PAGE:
• The use of the demeaning term “Bollywood” to describe the world’s largest film industry is illustrative; it has been popularized and sustained by our comprador English medium mass media.Fortunately, Amitabh Bachan in his excellent opening speech noted that he did not like the term. (Unfortunately, he then went on to refer to the "Indo-Aryans" coming to Goa.)
  • Some of our A-list film stars have actively sought to revive and sharpen provincial/communal identities the British created to divide and rule India. Their prime provincial targets have been Tamils and Sikhs. Shah Rukh Khan has not only targeted Tamils, his “I am a Muslim and not a terrorist” mantra has spread the idea of the victimhood of the entire community, the tried and tested first step to its political manipulation. (The technique was invented and perfected by the British over the last 800 years, beginning in Ireland.) The Owaisi brothers and al Qaeda/ISIS have now taken his project in hand and the first trickle of Indian youths into the nightmares of the Middle East has begun. Meanwhile, SRK has joined the ranks of the richest actors in the world.
  • Advertising agencies also contribute to the creation of provincial identities with television commercials using thick provincial accents that serve no rational marketing purpose. The most recent examples have been commercials for Red Bull (the energy drink rumored to cause male impotence) and Chola insurance.
  • Sania Mirza’s “new glamorous avatar” as a television instructor giving “James Bond lessons” on ways to a “woman’s heart” is featured in the latest India Today, perhaps the most overtly comprador magazine in India. Her on-air appearances in that role emphasize the tart like qualities of “Bond girls" and recall the insulting “Octopussy” contribution of the franchise to the image of Indian femininity. (I wonder if Sania Mirza, who certainly does not strike me as a bimbo, has thought through the impact of what she is doing on less fortunate Indian women struggling to maintain their self-respect and safety against heavy odds.)
  • The unstinting flow of praise for Attenborough’s Gandhi, a finely honed piece of British propaganda shows a complete lack of awareness that it obliterates the truth of what happened in the final phase of colonial rule in India.
  • There is general lack of awareness that the British manage "Brand India" globally. For example, Slumdog Millionaire and Midnight's Children cast India's improving global image into the mould of colonial stereotypes the British created. I haven't seen the new film on the "worst industrial accident" that killed thousands at the Union Carbide plant in Bhopal in 1984, but can bet it will give no credence to the reality of British-sponsored terrorism that was the most probable cause of the gas leak.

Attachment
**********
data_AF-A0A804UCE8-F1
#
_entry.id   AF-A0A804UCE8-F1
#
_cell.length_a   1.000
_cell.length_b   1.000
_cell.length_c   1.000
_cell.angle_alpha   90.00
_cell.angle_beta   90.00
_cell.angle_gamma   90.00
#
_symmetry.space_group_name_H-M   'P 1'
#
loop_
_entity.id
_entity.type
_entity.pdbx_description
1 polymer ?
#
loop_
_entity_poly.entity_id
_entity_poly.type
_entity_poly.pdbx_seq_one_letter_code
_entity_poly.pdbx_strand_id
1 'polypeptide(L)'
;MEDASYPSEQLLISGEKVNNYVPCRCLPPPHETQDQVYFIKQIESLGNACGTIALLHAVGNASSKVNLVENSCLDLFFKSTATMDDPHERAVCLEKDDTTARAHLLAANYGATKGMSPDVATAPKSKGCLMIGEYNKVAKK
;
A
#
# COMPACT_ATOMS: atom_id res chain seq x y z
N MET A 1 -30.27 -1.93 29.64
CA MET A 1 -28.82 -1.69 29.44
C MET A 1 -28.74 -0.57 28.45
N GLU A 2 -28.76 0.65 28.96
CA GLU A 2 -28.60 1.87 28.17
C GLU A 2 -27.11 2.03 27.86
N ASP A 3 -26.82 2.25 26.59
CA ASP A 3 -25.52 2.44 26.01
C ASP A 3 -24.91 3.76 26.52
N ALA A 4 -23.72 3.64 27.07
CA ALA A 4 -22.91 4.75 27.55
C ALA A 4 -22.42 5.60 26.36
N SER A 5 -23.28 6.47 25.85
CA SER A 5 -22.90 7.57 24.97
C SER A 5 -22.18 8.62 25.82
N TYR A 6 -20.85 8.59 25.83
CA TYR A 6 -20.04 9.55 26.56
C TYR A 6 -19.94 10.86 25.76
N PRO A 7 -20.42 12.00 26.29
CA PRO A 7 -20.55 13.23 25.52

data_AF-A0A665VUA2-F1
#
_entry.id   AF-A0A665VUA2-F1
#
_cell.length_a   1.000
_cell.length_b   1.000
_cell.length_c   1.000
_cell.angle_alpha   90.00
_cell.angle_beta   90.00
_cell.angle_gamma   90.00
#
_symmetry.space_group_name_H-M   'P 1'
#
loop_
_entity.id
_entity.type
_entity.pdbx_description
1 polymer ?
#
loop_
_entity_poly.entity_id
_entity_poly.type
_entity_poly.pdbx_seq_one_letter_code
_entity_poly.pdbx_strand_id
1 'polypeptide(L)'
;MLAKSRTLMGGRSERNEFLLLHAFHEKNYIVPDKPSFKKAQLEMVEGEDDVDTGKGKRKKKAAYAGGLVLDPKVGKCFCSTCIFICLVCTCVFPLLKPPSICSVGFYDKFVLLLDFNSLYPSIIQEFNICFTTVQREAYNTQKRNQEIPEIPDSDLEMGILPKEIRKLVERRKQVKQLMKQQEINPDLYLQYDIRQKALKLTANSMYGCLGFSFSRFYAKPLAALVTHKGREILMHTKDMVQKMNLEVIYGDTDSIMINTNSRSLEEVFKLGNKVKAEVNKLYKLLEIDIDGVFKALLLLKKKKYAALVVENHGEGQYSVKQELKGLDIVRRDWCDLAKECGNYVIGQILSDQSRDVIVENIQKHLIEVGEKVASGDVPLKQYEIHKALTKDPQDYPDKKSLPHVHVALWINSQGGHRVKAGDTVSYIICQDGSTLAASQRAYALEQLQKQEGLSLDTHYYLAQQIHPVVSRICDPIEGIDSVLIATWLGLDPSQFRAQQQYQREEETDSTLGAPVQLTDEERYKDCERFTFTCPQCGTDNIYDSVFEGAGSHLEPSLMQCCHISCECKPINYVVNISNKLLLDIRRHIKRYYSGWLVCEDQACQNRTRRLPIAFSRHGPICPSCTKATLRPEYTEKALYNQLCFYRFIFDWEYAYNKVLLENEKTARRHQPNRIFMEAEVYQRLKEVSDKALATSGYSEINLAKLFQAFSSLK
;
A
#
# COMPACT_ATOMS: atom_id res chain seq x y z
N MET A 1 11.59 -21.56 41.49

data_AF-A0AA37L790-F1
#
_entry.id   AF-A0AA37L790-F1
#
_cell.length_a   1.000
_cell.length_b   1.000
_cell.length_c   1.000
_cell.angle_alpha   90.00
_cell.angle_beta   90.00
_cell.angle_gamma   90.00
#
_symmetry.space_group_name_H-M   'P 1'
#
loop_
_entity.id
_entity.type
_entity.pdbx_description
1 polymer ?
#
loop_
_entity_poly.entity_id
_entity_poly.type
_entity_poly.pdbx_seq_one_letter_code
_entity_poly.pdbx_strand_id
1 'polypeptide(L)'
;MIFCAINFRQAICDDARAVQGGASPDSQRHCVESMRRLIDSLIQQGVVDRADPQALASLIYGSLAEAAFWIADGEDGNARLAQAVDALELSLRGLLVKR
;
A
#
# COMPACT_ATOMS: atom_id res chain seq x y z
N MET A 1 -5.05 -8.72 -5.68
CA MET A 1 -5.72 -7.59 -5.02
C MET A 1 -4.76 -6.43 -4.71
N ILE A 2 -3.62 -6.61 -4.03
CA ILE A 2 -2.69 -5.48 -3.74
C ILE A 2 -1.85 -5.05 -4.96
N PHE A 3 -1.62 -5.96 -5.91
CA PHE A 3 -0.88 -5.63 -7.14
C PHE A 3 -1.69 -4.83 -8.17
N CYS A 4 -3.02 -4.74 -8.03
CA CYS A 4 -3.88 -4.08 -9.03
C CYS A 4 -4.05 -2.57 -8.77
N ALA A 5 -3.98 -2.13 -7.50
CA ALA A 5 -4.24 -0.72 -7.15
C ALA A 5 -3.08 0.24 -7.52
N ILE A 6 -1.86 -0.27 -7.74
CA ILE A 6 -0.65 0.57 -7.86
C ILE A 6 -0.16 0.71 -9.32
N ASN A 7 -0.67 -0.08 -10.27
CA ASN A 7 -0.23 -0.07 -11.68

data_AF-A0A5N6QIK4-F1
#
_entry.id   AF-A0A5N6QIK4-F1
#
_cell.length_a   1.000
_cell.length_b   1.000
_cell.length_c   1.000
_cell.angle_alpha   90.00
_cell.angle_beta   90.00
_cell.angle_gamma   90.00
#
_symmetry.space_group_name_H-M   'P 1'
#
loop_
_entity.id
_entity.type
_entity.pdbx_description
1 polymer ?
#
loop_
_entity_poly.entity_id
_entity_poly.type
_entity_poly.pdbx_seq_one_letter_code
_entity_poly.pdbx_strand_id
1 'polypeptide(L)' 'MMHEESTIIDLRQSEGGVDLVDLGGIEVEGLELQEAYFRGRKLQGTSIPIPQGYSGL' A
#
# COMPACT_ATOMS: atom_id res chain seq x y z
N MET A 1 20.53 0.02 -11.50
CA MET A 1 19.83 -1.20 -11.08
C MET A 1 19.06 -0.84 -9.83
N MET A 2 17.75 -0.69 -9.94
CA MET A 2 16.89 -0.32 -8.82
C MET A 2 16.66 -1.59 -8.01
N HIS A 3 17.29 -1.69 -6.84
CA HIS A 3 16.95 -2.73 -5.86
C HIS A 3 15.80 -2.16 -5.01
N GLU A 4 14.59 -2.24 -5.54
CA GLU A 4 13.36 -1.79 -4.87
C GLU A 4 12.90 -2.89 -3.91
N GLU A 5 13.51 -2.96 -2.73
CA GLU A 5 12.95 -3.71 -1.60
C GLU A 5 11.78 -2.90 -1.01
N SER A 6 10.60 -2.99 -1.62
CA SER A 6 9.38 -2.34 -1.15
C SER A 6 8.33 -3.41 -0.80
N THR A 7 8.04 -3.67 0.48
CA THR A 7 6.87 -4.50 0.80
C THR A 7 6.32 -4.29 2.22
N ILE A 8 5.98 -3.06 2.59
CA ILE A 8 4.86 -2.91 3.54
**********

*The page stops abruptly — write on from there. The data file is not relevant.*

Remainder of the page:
•  People are also oblivious that television images carry a heavy emotional/cultural content and shape global perceptions of India. For instance, the image of the two girls in Badaun, supposedly raped and left hanging from a tree, packaged into one potent cocktail the India-associated ideas of caste brutality, gender violence, open defecation and police ineffectiveness. According to the reports carried by our "elite" media, the girls were raped because they had to go out at night to defecate in the fields, and their bodies hung from the tree for 12 hours -- an image that made the prime time news around the world -- because all the constables in the local police station were drunk. According to the just released CBI report on the killings, none of that was true. The older of the girls had a long-standing relationship with the prime accused, a police constable. Her cell phone shows she had over 400 conversations with him. On the night of the murders, she called to ask him for money and they planned to have sex. The CBI says the girls committed suicide because a relative discovered this. (I don't buy that for a second. Everything the CBI report unveils supports my theory that the girls were killed for money, and that they were left hanging from the tree to create an image that would wipe out the hugely positive one of the majestic transfer of power in New Delhi.)
All this points to a dire need for greater Indian awareness of the politics of mass media. If people in general understand that Indians collaborating with foreign interests are no different from the traitors of the past who profited from helping enslave the country, national security would be materially enhanced.

IFFI should develop a program element to raise awareness of the subliminal political/cultural messages of audiovisual media.